Bad for the Environment. Bad for Animals. Bad for our Health…Really?

Remember when farmers used to be respected? The very word farmer would conjure up images of Grant Wood’s American Gothic or any of a number of Norman Rockwell images depicting life on the farm.

Not anymore. According to pop culture and perhaps even a generation of consumers, “factory farms” are nothing more than cesspools of pollution that cause fish kills, abuse animals, and destroy communities. Farmers are pawns in a world run by corporate giants as they plant mutagenic GMOs that will surely advance an Armageddon like end to life as we know it. And if dairy is bad for you then meat is pure poison.

Here’s the problem. Both the Norman Rockwell image and the current pop culture image are wrong. They don’t exist. One exists in memories shaped by an image on canvas, the other exists in the minds of some consumers shaped by misinformation.

But if you hold this (misperceived) pop culture image, of course you would view the farmer as a villain. And now celebrities are on the anti-meat, anti-large farm bandwagon. Like it or not, they are influencers. Recently, Factory Farming Awareness Coalition posted a video on their website for Meatless Mondays that includes implicit and explicit endorsements from Oprah, President Clinton, and Jessica Simpson. Again, like it or not, these celebrity endorsements are credibility builders.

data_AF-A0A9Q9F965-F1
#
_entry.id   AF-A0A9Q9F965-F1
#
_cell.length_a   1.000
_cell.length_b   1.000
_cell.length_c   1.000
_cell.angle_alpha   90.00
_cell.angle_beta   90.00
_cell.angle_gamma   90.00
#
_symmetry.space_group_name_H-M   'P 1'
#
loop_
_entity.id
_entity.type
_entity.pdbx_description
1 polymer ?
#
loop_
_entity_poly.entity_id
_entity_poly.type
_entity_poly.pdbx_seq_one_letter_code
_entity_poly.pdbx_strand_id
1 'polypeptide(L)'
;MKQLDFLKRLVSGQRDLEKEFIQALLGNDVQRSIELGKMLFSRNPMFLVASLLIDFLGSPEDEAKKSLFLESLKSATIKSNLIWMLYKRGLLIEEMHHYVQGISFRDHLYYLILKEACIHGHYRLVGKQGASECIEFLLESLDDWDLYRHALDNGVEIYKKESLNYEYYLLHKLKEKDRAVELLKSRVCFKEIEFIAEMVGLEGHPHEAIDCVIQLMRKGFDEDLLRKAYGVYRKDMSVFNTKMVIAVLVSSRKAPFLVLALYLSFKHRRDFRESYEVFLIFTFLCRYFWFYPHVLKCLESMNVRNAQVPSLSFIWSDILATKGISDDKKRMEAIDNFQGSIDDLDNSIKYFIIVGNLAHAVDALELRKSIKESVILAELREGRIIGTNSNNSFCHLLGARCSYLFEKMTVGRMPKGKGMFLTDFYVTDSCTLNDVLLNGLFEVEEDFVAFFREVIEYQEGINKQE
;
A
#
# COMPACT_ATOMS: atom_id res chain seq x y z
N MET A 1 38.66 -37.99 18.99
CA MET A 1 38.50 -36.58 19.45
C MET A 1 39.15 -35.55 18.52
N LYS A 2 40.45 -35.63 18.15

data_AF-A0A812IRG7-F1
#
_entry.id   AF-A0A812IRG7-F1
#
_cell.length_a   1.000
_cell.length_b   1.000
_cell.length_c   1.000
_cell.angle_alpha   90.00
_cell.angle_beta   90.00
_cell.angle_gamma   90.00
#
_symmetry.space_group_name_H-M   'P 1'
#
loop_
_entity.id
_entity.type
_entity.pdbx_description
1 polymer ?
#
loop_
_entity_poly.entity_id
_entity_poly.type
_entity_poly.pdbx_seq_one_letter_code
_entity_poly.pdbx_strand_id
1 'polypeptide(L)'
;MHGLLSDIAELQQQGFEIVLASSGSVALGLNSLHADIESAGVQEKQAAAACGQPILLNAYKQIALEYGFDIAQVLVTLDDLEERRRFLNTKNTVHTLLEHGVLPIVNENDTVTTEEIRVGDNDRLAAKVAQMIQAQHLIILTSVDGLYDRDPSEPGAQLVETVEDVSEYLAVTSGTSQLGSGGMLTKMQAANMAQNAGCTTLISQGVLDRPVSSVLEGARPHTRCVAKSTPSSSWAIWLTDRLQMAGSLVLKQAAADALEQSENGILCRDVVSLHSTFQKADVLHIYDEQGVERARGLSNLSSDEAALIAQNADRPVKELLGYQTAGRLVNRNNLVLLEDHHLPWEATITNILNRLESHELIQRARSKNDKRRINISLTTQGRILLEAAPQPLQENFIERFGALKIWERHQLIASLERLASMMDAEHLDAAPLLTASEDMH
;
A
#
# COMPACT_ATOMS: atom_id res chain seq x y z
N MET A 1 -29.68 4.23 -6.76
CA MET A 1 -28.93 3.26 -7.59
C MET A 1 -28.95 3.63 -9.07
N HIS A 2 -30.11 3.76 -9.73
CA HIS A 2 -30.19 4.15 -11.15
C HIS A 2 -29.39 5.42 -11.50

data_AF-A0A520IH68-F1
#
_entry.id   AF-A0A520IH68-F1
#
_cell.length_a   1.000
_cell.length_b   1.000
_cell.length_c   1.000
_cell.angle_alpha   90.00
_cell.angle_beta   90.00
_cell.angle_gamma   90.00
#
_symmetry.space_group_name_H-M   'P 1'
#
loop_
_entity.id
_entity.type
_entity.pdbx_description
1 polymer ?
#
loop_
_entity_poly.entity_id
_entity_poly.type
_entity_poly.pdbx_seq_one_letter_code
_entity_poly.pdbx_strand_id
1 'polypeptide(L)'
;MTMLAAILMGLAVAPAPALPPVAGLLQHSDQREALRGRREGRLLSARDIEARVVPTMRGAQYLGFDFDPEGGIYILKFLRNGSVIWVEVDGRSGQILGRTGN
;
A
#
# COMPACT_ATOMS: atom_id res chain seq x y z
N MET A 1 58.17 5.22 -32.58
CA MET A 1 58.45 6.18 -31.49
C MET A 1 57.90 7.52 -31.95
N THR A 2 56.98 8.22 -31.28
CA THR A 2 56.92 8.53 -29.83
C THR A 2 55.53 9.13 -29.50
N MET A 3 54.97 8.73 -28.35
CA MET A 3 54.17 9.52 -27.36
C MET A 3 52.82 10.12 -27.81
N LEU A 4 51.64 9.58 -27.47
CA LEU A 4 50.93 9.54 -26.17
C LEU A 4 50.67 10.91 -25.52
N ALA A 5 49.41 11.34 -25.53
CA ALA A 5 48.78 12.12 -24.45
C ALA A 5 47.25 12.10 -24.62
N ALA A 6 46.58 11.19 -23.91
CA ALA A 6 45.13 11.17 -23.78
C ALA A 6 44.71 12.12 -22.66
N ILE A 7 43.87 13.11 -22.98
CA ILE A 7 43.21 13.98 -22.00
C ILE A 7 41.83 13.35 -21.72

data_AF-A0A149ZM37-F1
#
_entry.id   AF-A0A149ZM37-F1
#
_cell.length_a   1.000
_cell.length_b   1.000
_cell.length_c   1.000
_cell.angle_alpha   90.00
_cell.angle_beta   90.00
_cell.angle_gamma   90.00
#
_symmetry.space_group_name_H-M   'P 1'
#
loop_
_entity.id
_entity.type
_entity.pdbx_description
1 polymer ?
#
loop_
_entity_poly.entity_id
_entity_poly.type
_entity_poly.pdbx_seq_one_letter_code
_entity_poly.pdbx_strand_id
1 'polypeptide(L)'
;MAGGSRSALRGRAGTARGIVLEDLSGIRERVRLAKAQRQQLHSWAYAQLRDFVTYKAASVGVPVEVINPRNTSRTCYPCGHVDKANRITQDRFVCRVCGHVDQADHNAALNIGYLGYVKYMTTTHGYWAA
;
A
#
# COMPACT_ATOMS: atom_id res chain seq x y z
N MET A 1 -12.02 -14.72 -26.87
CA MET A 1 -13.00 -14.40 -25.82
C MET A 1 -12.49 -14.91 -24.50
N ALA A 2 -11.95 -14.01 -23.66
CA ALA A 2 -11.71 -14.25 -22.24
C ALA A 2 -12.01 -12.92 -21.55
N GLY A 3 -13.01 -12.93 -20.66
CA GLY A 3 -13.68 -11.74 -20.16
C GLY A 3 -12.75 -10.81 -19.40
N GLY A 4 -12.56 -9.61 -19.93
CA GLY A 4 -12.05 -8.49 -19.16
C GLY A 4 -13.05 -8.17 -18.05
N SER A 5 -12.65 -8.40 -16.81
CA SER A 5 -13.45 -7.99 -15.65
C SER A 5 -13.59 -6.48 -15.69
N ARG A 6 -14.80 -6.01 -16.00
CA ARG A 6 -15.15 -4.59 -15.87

And of a more immediate environmental regulatory concern, is the August 30th statement by the EPA that they will continue to use flyovers to monitor livestock farms in Iowa. For those who view farmers as environmental villains, this is welcome news.

Producers and processors of our food are not villains nor are they some static image on a canvas. They feed us, and they do so in a manner that is more efficient than in any time in history. Research substantiates this. Two examples are Dr. Jude Capper’s “Comparing the environmental impact in 1944 to 1997” and Dr. Frank Mitloehner’s “The Truth About Sustainability – Debunking “Livestock’s Long Shadow”.

Unfortunately, far too many people (in my opinion), are misinformed, don’t know how to ask critical questions, and are easily persuaded with little evidence. Nevertheless, there is a battle being waged against much of modernity including modern agriculture.

As for the Dragun Corporation, we continue to provide sound scientific input to the agricultural community on matters of environmental science, hydrogeology, geology, and engineering practices. Granted, this is not nearly as sexy as a celebrity endorsement…but a celebrity endorsement is not what you need when you are facing technical or legal challenges.

As always, your questions and comments are welcome.

Alan Hahn


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